Yolanda aftermath: Education and Hope (Part III)

Posted at 06/05/14 4:14 PM

Building back hope in Ormoc City

The seeds of hope are being sown in Leyte, not in any four-walled office, but in the middle of a sugarcane field.

The temporary shelter for Yolanda victims, located in Barangay Concepcion in the outskirts of Ormoc City, can be a model for other areas affected by typhoon Yolanda last year.

The evacuation site here is one of two designated by the local government, the other one is in Barangay Can-untog.

Passing through rows of sugarcane plants after turning from the highway, what immediately strikes visitors is the lack of mayhem in this camp that characterizes other evacuation centers in the region.

While many temporary shelters are beset with issues from lack of basic amenities like water and electricity, to absence of relief goods, the evacuees in Ormoc seem to have gone beyond that.

To be sure, Ormoc suffered the least casualties of all the major cities and towns affected by the typhoon, but it did not escape the wrath of Yolanda with about 90% of its infrastructures reportedly suffering damages.

The two temporary shelters together house almost a thousand families, half of them informal settlers in the city even before Yolanda.

The shelters are like any of the bunkhouses that sprouted after the devastation of typhoon Yolanda, but here the evacuees take pains in maintaining order and cleanliness.

In every alley, you can see someone sweeping her own front and backyard, even under the scorching sun. The order seems to have translated into a happy disposition as people readily flash a smile, whether they be doing the laundry or cleaning the toilets.

“A lot has to do with leadership,” Dennis Bartiquin, a social worker assigned to the camp attributed in one sentence why there is a working system in place in the camp.

The camp in Concepcion houses 413 families comprising 1,834 individuals. They moved here last March 1 after spending almost four months after typhoon Yolanda in tents or makeshift shelters.

The job of coordinating all these individuals belongs to the camp manager and that title belongs to Lorna Gordo of the City Social Welfare and Development (CSWD). The fact that there is a camp manager, who reports everyday to the camp, spells a lot in the day-to-day function of the evacuation center.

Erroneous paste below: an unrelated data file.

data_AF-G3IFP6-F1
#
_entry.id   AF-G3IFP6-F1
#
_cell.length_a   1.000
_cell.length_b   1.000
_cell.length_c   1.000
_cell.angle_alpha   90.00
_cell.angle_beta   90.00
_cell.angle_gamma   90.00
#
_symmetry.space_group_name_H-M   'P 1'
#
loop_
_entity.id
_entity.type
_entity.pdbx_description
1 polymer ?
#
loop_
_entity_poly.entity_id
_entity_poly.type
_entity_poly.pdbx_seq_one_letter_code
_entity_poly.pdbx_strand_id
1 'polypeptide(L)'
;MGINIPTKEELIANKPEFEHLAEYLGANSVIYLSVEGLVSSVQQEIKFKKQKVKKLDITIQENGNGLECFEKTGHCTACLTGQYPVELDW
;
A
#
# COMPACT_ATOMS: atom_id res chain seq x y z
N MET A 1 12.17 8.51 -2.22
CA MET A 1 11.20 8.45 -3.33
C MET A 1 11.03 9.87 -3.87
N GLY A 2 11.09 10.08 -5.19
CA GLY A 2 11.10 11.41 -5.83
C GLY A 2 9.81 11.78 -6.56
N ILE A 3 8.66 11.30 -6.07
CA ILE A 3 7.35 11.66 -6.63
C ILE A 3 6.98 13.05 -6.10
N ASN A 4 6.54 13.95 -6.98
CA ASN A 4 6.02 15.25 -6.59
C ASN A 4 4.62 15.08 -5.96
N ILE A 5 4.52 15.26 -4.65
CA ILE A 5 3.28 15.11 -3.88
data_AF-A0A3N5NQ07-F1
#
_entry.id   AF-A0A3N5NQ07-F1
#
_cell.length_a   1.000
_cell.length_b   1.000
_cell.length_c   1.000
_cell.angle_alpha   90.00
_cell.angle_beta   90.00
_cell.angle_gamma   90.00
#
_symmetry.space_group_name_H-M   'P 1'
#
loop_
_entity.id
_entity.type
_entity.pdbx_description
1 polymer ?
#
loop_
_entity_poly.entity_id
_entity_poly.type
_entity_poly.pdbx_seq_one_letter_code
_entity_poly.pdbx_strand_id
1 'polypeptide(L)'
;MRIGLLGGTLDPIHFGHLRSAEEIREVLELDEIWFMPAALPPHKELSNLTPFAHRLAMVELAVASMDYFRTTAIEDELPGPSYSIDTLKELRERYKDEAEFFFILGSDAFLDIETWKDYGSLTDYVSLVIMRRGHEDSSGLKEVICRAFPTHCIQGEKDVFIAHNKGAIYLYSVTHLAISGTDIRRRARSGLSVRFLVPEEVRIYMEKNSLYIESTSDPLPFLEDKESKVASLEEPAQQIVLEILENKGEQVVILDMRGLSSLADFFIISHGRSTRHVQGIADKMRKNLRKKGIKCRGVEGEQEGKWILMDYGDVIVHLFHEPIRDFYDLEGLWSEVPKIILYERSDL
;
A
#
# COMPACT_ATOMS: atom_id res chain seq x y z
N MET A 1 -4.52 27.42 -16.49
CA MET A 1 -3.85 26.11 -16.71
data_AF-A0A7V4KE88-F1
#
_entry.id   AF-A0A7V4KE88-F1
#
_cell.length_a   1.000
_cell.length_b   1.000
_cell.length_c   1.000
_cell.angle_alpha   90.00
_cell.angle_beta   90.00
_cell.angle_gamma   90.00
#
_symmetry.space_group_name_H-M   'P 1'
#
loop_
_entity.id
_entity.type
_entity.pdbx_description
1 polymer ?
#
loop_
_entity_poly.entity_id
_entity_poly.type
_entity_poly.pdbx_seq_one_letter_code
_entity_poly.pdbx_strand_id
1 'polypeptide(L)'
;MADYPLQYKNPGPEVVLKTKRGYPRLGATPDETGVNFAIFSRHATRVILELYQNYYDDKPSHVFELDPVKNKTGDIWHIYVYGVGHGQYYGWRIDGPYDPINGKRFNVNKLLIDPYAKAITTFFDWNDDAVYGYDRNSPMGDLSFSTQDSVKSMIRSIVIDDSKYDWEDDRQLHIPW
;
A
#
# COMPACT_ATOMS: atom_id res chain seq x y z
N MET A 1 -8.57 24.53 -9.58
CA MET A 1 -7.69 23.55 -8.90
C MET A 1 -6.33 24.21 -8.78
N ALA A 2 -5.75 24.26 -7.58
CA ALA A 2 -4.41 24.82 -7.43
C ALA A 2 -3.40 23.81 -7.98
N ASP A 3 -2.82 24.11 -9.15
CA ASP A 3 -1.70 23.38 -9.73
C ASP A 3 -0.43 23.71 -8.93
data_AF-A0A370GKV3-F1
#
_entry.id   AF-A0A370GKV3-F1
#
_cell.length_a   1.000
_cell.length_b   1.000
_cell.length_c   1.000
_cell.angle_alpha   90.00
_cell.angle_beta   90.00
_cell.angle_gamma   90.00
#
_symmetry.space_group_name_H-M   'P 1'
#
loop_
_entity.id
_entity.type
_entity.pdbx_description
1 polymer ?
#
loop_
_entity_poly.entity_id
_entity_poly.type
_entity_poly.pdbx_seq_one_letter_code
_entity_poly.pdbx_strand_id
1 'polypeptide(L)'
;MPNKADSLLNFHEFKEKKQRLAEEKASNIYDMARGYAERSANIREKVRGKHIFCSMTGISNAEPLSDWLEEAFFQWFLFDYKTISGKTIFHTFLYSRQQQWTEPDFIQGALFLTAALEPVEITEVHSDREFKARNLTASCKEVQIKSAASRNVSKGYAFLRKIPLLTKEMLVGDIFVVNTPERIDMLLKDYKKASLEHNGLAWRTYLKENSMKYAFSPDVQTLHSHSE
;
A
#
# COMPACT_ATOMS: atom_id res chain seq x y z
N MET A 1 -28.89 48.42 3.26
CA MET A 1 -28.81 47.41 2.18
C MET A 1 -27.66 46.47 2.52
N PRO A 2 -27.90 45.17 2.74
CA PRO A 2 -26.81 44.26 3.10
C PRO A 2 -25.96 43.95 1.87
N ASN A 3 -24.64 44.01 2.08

“The key is we talk to them. We ask for their suggestions, and the initiative to make things better comes from them. We are just here to supervise,” said Gordo.

The residents themselves agree. Most of the males are out during daytime working in the sugarcane fields or as construction workers in the city. It is the females who run the household at daytime and keep the whole camp in order.

“Since there is nothing to during daytime we might as well keep the camp clean,” a group of women answered collectively.

Some have small stores or even work part-time in cash-for-work programs to earn additional money -- money that can support the children as they go to school, they say.

But the task of maintaining the camp is done voluntarily.

For Marissa Domosmog, a 32-year-old education degree holder, an additional task she accommodated is helping out in the day care center within the camp.

“I just feel obliged to help out since currently I am out of job and I might as well use my skills,” she said. She and other volunteers keep the toddlers busy for two three-hour shifts a day.

The happy disposition seems to have filtered down to the children as they scurry to play after being dismissed from the day care center. In the meantime, the mothers are awaiting the arrival of volunteers from the Tzu Chi Foundation who are going to give additional food aid.

No one is more contented in keeping things in order than Ormoc City Mayor Edward Codilla.

“I gave them one condition, keep the camp in order, or else they won’t be admitted to the permanent relocation site we are building.” This, he said, is the key to keep the evacuees organized.

Draconian as it may sound, it instilled discipline among the evacuees. Besides his position, Codilla can ask the cooperation of the evacuees because they know that the land where the camp now stands is actually owned by the mayor and was lent just for this purpose.

“What is important is before we ask them to leave their places of abode which were destroyed by Yolanda, we met with them and I promised them personally to attend to their needs,” explained Codilla.

“Like when they asked for a vehicle to transport their belongings, I immediately sent a truck to assist them,” he added.

Action coupled with information is the combination that works to erase the evacuees’ feeling of uncertainty. Much of the uncertainty, a shared feeling among victims across the region, comes from not knowing what they are facing after Yolanda destroyed their dwellings, and not knowing if they can build back on the same land in light of the government’s 40-meter “No Build Zone” policy.

However, there is a little less uncertainty for the evacuees in Ormoc.

By September, the evacuees are scheduled to transfer to a permanent relocation site in Barangay Liloan, a 50-hectare land again donated by Codilla for free. The Tzu Chi Foundation will take the lead in building a permanent community for about 4,000 families.

Although there are only about 2,000 families identified as Yolanda victims, the other half of the permanent shelters will go to other informal settlers around Ormoc.

If the permanent relocation of victims of typhoon Yolanda and also other informal settlers pushes through as planned, Ormoc City can take pride in achieving what is a mere slogan for others. That is, they would have built back better from the ruins of Yolanda.

Yolanda aftermath: Education and hope (Part I)
Yolanda aftermath: Education and Hope (Part II)